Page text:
Tag Archives: torture

Tips For Adulthood: Five Parenting Duties I'd Readily Outsource

Every Wednesday I offer tips for adulthood.

This week’s list is inspired by a recent post I did on five reasons we all need a wife.

As with the division of labor within marriage, I’m a big believer that – it’s best to be honest as a parent about which tasks you like and which tasks you find onerous.

I’m not in a position to hire a nanny right now – (and we all know how hard that can be) – but if I had an imaginary care-taker for my children, here are five jobs I’d readily delegate:

1. Swim Lessons. Much like riding a bike (see below), learning to swim is one of those formative childhood experiences that’s meant to stay with you your entire life. I was at a dinner party last night and everyone at the table very clearly remembered their first swim lesson (often with a grimace.) I don’t mind going to watch my kids swim (as I currently do every Sunday morning.) But those early lessons where you also have to don a bathing suit and jump in and “acclimate them to the water” while singing Motorboat, Motorboat over and over? No thanks.

2. Riding a Bike. You know how they have that expression “It’s like riding a bike!”? I think there should be a sister expression: “It’s like learning to ride a bike” which captures the tedium, frustration, and near-death experiences that characterize the bike-learning process. Yeah, I know. This is parent blasphemy. What can I say? I told you I valued honesty.

3. Art Projects. I’m cool with some paper and crayons, even a scissor or two. But once glue, paint and – God Forbid – anything with a needle and thread get involved, I’m totally ready to hand off to someone else. I don’t, mind you. But I’d like to. Which is why I’m *so* jazzed that my daughter is at a camp this week where she’s learning to make her own clothes. Today she came home in a tiger-fur waist coat (vest, for you Americans.) She was so proud of herself. And so was I. And relieved.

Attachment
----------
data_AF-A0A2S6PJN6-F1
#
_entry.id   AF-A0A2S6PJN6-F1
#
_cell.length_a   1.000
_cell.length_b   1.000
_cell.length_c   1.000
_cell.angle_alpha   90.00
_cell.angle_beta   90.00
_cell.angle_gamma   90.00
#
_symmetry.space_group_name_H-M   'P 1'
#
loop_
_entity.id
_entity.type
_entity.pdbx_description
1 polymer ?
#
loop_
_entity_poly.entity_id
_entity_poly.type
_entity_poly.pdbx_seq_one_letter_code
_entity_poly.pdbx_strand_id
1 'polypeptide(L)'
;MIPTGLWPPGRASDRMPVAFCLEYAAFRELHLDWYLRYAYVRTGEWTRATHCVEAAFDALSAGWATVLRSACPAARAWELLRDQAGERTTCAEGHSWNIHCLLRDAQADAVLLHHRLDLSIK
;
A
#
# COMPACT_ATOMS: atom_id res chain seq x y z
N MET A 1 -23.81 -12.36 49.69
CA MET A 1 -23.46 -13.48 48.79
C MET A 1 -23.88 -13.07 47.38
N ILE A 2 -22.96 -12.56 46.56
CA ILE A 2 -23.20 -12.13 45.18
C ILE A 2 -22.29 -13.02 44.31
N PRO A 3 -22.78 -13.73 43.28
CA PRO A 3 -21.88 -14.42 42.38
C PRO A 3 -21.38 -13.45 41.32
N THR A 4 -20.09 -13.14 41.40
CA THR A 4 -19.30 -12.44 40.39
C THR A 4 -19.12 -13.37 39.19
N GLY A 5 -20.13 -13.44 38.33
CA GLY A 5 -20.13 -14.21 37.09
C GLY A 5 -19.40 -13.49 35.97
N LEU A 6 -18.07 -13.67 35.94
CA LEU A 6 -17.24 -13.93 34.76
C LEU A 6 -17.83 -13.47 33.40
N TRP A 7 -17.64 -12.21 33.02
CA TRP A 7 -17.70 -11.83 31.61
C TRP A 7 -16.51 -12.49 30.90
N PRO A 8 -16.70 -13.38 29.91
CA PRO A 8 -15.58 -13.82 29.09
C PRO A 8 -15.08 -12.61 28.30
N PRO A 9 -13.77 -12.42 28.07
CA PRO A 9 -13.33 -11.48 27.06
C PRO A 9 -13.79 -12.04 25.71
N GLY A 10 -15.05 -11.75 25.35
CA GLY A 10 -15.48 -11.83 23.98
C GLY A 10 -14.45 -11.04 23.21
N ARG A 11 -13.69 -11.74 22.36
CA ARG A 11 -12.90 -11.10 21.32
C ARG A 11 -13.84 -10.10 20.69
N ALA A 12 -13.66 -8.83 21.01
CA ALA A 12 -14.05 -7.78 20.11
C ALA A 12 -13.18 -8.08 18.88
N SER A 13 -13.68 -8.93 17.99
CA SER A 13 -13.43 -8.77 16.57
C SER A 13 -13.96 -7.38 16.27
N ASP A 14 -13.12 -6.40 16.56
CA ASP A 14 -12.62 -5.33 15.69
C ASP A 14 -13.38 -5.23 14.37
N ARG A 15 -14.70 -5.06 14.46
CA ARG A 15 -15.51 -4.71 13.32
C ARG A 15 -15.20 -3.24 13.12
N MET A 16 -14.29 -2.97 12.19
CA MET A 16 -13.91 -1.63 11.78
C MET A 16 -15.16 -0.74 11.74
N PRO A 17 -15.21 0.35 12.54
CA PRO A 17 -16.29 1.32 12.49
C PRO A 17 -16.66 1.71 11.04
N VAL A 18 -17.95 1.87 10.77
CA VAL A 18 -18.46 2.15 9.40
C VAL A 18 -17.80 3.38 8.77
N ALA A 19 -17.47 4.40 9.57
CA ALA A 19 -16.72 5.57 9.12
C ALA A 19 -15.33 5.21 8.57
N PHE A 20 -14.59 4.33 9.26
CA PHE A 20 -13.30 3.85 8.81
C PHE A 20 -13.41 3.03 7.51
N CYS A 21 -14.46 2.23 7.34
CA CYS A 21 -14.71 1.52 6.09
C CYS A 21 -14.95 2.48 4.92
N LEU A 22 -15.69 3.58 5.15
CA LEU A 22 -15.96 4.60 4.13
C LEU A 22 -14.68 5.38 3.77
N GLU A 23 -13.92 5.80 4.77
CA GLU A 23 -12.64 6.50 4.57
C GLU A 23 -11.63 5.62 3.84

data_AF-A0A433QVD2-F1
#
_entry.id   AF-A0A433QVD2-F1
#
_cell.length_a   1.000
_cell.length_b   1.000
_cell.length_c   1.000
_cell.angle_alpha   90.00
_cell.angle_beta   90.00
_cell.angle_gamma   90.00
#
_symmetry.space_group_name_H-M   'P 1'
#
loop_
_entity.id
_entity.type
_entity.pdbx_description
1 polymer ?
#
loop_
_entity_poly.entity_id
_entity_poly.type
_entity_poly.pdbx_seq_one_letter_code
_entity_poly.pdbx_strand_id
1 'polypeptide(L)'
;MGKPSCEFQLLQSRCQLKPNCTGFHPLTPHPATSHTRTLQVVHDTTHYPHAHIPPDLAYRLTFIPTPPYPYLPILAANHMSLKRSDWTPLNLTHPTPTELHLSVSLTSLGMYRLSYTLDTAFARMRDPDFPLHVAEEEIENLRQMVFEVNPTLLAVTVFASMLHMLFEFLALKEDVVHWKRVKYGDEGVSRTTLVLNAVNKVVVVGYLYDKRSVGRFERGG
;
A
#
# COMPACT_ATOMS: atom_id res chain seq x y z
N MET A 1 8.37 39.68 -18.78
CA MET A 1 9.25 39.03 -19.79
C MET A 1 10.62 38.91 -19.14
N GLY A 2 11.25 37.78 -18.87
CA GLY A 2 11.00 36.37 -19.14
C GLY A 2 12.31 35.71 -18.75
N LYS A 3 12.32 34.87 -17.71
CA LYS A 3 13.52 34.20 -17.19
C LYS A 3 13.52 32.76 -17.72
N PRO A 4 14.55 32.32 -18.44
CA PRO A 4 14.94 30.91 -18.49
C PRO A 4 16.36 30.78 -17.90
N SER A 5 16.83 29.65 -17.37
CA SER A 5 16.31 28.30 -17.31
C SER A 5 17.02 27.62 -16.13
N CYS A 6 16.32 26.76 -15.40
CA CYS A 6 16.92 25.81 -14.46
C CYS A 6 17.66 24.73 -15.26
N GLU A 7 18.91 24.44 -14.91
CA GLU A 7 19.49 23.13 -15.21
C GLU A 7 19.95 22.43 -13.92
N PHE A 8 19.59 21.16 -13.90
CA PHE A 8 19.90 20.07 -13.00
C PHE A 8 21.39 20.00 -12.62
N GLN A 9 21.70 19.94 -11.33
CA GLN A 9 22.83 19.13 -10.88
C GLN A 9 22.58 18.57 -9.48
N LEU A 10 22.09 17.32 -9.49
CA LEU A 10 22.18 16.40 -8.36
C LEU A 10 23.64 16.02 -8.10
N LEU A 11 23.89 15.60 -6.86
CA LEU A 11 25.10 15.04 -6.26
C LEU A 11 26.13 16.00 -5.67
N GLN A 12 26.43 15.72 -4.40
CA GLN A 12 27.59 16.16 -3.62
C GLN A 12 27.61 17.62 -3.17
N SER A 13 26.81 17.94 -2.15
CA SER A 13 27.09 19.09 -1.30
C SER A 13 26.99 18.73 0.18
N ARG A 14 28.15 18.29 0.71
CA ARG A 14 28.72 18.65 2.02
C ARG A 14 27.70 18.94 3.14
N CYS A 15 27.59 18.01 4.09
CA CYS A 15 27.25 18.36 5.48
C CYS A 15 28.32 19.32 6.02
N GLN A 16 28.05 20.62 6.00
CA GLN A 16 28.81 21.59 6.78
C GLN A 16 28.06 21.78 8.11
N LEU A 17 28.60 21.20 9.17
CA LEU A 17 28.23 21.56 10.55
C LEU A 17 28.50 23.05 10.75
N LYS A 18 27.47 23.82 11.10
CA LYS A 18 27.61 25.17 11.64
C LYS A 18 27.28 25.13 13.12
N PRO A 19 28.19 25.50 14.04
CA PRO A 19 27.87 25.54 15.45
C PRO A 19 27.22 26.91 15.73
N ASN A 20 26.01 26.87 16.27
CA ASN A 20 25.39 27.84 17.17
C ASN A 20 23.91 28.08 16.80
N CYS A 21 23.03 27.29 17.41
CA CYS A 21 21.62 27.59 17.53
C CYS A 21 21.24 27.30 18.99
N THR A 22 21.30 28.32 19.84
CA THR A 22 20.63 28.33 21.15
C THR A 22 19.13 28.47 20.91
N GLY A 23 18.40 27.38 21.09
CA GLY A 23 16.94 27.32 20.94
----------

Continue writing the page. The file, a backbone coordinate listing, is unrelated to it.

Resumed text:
4. Science Experiments. Ditto. Mind you, I love the *idea* of a test tube. But once you actually start mixing things in those beakers and waiting for them to react…uh-uh. (And by the way, why do all the experiments require iron filings? I mean, really. Who has those just lying around the house? Sure. Right here with my copy of the Constitution…)

5. Spectator Sports. I enjoy watching my kids compete in sporting events. It’s when they ask me to take them to watch a sporting event that I wince inwardly. This might be because – as someone whose own sporting prowess doesn’t extend much beyond pool and bowling – I just don’t find sports that interesting (Musical Theatre, in contrast? Now you’re talking…). So attending, say, a professional soccer game? Not my cuppa…

Don’t get me wrong. There are plenty of parenting duties I do enjoy: reading, writing, singing, play acting, playing board games, doing homework, baking cookies, ice skating. And more.

But I’ll happily pass on those listed above.

What’s on your list?

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I’m over on PoliticsDaily.com today talking about a controversial CIA torture case in the UK and why it’s been so divisive for this country.


Image: Sewing Lesson by Robert the Noid via Flickr under a Creative Commons License.

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Friday Pix: Recommended Reading For The Weekend

This Friday I direct you to some recommended reading around the blogosphere:

1. I got a huge kick out of this Q and A with an economist at the Financial Times – Tim Harford – weighing in on topics like why people aren’t having more sex. Check it out! And while you’re at it, check out Joshua Gans’ (another economist!) blog about parenting, Game Theorist: Blog. Fun stuff!